And then there is the demand side for insurance.  I've paid, and paid, and paid for insurance, years upon years without a claim, and then I have a claim and it gets denied most likely because of the fraudsters.  Well, screw the damn insurance companies, I am in the process of reducing what I insurance and being far more selective based on what I think they can jack consumers around in terms of whether they cover it.  Insurance companies are morons for cutting the hand that feeds them and not simply having a lenient policy for covering claims for people who have a long history of paying without making a claim.  We aren't the fraudsters.  Actually, when I think about it, I've been jacked around 3 for 3 on legitimate claims, meaning the claims were 100% denied.  No wonder I'm jaded.  I simply don't trust insurance companies to be honorable at all.  And then when you read reports that those in the insurance business that are earning the biggest bonuses are those successfully denying or cutting off the most claims...  Perhaps my experience and feelings about it are unique, but I somehow doubt it.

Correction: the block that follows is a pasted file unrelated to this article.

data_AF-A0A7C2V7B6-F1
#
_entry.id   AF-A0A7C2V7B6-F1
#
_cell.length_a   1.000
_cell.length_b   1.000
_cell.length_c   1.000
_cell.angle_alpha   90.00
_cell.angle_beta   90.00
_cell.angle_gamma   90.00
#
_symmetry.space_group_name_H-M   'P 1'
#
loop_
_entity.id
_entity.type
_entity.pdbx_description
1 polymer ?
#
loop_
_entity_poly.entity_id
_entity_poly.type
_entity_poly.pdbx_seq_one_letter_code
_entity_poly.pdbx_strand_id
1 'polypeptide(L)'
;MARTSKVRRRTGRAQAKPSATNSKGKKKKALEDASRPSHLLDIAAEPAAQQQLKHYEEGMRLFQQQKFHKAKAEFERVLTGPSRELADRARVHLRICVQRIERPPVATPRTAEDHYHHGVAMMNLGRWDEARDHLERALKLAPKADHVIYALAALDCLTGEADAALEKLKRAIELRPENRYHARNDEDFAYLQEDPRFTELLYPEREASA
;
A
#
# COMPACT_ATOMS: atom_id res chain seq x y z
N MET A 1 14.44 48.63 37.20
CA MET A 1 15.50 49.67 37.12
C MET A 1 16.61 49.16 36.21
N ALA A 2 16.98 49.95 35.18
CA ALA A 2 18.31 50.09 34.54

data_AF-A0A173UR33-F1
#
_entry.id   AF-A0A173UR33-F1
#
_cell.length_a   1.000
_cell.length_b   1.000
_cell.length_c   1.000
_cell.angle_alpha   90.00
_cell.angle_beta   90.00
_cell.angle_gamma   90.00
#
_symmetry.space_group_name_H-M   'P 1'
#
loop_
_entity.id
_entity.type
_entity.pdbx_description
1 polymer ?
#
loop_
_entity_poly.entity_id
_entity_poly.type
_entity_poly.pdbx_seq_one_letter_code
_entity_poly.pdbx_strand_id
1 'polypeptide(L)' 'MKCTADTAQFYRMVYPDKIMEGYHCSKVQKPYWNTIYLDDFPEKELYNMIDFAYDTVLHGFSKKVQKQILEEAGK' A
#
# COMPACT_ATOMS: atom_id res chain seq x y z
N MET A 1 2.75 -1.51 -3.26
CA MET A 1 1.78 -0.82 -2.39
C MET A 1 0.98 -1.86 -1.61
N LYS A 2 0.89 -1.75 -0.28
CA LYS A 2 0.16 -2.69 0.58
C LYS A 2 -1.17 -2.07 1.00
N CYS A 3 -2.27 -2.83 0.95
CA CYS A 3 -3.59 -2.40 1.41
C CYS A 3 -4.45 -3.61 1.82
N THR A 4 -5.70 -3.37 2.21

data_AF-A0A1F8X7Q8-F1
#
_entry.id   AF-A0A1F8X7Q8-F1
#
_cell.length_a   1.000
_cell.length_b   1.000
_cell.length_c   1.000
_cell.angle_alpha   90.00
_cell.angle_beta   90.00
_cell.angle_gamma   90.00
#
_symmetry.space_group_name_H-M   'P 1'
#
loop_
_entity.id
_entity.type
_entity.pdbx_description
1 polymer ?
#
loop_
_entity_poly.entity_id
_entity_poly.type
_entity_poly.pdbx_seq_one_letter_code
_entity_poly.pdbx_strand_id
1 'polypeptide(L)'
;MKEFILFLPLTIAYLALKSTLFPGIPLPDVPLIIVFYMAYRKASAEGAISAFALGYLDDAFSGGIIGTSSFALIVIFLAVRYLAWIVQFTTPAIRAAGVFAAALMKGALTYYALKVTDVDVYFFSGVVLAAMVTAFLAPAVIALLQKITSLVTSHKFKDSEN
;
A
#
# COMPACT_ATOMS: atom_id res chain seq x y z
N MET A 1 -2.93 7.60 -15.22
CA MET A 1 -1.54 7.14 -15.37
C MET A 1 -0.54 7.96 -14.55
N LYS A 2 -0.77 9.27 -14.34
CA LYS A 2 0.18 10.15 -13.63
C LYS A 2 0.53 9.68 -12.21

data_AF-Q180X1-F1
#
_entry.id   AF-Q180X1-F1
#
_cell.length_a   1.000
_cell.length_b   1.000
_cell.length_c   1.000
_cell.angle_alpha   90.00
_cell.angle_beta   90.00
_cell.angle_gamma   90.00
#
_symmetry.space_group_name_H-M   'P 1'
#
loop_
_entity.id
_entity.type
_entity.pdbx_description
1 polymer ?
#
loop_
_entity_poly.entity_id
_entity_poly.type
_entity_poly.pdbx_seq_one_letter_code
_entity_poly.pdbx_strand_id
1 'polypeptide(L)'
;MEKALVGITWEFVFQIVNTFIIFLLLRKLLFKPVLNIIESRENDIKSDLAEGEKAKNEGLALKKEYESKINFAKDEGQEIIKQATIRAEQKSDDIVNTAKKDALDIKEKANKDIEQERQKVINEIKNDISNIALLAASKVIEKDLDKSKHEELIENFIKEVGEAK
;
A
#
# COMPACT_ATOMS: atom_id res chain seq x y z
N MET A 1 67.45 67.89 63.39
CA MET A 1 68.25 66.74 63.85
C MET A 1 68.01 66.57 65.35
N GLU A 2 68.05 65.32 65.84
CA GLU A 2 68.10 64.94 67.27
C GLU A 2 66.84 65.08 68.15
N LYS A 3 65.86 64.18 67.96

From reading Buffett's report, he says they were lucky there were not major catastrophes for two years in a row now.  So, in a "lucky" environment earnings were down 18%...  He says there is "certainty that insurance-industry profit margins ... will fall significantly in 2008."  The emphasis was his.  His estimate is that without any major catastrophes profit margins will shrink by 4%.

Another emphasis in his report, "Berkshire's past record can't be duplicated or even approached.  Our base of assets and earnings is now far too large for us to make outsized gains in the future."